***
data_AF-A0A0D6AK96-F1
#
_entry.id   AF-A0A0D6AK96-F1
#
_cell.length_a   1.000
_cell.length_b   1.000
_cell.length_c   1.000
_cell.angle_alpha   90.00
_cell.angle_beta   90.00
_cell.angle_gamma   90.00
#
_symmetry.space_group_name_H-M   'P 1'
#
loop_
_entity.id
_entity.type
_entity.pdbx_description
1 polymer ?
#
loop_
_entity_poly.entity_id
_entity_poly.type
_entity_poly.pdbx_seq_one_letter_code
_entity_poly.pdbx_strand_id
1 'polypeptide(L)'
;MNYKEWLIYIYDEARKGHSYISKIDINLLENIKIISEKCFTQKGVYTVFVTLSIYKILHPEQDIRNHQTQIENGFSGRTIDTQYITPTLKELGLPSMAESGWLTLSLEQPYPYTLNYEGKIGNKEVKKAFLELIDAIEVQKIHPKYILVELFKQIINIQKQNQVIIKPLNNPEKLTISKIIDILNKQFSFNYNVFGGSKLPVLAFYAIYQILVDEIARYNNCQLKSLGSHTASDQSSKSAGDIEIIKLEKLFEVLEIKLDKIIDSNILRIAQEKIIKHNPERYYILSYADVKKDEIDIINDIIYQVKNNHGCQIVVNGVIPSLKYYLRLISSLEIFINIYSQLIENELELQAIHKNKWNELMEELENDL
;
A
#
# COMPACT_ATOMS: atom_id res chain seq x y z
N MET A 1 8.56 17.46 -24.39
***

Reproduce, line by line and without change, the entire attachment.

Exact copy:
data_AF-A0A0D6AK96-F1
#
_entry.id   AF-A0A0D6AK96-F1
#
_cell.length_a   1.000
_cell.length_b   1.000
_cell.length_c   1.000
_cell.angle_alpha   90.00
_cell.angle_beta   90.00
_cell.angle_gamma   90.00
#
_symmetry.space_group_name_H-M   'P 1'
#
loop_
_entity.id
_entity.type
_entity.pdbx_description
1 polymer ?
#
loop_
_entity_poly.entity_id
_entity_poly.type
_entity_poly.pdbx_seq_one_letter_code
_entity_poly.pdbx_strand_id
1 'polypeptide(L)'
;MNYKEWLIYIYDEARKGHSYISKIDINLLENIKIISEKCFTQKGVYTVFVTLSIYKILHPEQDIRNHQTQIENGFSGRTIDTQYITPTLKELGLPSMAESGWLTLSLEQPYPYTLNYEGKIGNKEVKKAFLELIDAIEVQKIHPKYILVELFKQIINIQKQNQVIIKPLNNPEKLTISKIIDILNKQFSFNYNVFGGSKLPVLAFYAIYQILVDEIARYNNCQLKSLGSHTASDQSSKSAGDIEIIKLEKLFEVLEIKLDKIIDSNILRIAQEKIIKHNPERYYILSYADVKKDEIDIINDIIYQVKNNHGCQIVVNGVIPSLKYYLRLISSLEIFINIYSQLIENELELQAIHKNKWNELMEELENDL
;
A
#
# COMPACT_ATOMS: atom_id res chain seq x y z
N MET A 1 8.56 17.46 -24.39